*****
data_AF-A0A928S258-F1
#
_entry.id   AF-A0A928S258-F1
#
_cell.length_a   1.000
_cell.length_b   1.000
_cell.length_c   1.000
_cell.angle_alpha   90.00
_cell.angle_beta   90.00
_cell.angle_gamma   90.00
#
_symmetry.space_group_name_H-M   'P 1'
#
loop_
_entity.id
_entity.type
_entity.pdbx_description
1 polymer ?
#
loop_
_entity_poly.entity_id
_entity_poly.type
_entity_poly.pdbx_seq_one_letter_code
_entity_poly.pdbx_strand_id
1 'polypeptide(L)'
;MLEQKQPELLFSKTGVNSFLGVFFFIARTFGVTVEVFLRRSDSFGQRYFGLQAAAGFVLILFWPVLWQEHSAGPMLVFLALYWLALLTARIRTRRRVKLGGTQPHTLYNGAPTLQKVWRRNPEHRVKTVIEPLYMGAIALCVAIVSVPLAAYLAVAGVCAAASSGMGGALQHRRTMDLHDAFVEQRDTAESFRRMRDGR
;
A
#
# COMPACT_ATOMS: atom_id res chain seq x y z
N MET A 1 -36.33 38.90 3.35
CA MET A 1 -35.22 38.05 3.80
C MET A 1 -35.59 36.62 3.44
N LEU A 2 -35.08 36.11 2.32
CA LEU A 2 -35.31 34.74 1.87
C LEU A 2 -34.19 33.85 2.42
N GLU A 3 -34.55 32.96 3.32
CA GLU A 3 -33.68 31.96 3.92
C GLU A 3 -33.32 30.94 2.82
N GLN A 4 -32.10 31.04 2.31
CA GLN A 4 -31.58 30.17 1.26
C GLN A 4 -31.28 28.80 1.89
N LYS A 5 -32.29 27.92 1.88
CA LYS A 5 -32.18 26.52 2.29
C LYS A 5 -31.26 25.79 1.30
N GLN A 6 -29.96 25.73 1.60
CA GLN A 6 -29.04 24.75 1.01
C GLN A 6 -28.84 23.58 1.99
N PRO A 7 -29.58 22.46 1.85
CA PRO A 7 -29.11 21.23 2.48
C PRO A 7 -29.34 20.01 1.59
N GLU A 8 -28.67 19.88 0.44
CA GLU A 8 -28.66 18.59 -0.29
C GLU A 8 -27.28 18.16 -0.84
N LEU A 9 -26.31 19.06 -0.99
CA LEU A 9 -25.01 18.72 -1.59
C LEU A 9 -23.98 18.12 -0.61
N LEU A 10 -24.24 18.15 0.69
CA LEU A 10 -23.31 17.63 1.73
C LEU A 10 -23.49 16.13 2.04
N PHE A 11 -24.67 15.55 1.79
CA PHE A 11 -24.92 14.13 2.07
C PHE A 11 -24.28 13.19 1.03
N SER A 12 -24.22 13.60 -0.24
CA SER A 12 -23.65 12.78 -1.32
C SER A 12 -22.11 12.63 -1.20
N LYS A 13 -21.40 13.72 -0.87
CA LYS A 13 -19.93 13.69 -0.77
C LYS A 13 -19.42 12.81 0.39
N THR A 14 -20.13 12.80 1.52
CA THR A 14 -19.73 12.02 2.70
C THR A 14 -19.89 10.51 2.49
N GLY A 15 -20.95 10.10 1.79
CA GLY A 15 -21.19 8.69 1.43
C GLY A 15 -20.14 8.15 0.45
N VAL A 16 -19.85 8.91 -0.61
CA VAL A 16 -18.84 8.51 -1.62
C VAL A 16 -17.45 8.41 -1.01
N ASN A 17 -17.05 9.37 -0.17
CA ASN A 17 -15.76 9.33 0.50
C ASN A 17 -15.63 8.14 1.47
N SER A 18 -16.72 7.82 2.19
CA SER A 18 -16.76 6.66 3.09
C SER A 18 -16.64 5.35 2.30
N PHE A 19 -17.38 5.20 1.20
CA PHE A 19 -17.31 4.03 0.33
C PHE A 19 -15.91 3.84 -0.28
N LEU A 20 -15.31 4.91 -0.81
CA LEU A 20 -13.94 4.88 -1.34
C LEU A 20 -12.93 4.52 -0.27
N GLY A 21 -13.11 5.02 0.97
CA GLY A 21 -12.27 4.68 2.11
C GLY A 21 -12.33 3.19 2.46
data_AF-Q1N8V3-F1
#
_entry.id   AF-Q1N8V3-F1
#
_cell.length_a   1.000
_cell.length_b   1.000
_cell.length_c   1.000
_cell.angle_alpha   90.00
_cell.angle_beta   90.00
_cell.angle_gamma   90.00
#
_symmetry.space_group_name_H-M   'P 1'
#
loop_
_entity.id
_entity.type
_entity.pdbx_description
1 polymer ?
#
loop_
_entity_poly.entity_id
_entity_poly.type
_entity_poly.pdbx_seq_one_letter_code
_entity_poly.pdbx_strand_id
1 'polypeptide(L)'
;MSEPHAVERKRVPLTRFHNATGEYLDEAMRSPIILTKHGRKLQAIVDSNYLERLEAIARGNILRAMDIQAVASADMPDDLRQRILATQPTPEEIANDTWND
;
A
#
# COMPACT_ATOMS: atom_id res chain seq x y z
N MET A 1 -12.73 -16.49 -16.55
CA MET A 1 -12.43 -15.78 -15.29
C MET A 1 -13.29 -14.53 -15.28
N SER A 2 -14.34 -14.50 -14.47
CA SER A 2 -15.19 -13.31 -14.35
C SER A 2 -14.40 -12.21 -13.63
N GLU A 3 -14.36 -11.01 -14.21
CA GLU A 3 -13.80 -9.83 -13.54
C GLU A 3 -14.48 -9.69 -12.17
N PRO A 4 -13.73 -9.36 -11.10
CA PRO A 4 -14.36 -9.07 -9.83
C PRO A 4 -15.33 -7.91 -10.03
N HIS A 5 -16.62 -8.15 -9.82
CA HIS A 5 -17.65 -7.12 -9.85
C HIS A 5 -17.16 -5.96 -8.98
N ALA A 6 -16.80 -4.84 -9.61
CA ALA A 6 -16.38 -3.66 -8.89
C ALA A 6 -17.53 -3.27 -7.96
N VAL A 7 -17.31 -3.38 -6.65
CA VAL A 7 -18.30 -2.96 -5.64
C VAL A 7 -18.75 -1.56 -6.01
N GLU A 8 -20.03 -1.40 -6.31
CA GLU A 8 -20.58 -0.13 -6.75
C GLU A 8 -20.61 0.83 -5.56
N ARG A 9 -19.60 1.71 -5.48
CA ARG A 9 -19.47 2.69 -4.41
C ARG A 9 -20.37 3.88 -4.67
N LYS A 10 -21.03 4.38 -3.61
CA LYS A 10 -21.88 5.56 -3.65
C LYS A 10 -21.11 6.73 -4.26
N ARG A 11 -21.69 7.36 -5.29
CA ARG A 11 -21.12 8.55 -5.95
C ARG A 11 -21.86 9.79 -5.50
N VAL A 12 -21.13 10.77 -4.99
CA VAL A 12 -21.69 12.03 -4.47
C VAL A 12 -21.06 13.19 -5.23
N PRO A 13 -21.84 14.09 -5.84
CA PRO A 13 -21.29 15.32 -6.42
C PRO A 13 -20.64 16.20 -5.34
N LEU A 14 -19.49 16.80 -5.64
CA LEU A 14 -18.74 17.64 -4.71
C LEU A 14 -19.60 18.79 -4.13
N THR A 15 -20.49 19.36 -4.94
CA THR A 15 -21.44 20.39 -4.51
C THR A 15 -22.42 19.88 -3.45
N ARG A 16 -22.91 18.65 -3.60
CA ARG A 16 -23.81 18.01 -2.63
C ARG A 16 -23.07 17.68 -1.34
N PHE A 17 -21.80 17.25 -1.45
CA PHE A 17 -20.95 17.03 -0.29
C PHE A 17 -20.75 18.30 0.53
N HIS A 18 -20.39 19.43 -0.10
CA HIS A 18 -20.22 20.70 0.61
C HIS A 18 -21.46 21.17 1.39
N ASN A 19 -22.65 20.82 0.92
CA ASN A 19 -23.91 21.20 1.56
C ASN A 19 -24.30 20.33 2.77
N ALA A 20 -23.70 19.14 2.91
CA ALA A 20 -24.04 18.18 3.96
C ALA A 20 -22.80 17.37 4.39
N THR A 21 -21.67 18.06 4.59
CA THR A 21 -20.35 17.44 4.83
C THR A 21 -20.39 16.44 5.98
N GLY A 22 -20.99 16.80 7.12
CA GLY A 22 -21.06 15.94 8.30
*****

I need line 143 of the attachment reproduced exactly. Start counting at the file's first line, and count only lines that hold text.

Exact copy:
CA VAL A 7 -18.30 -2.96 -5.64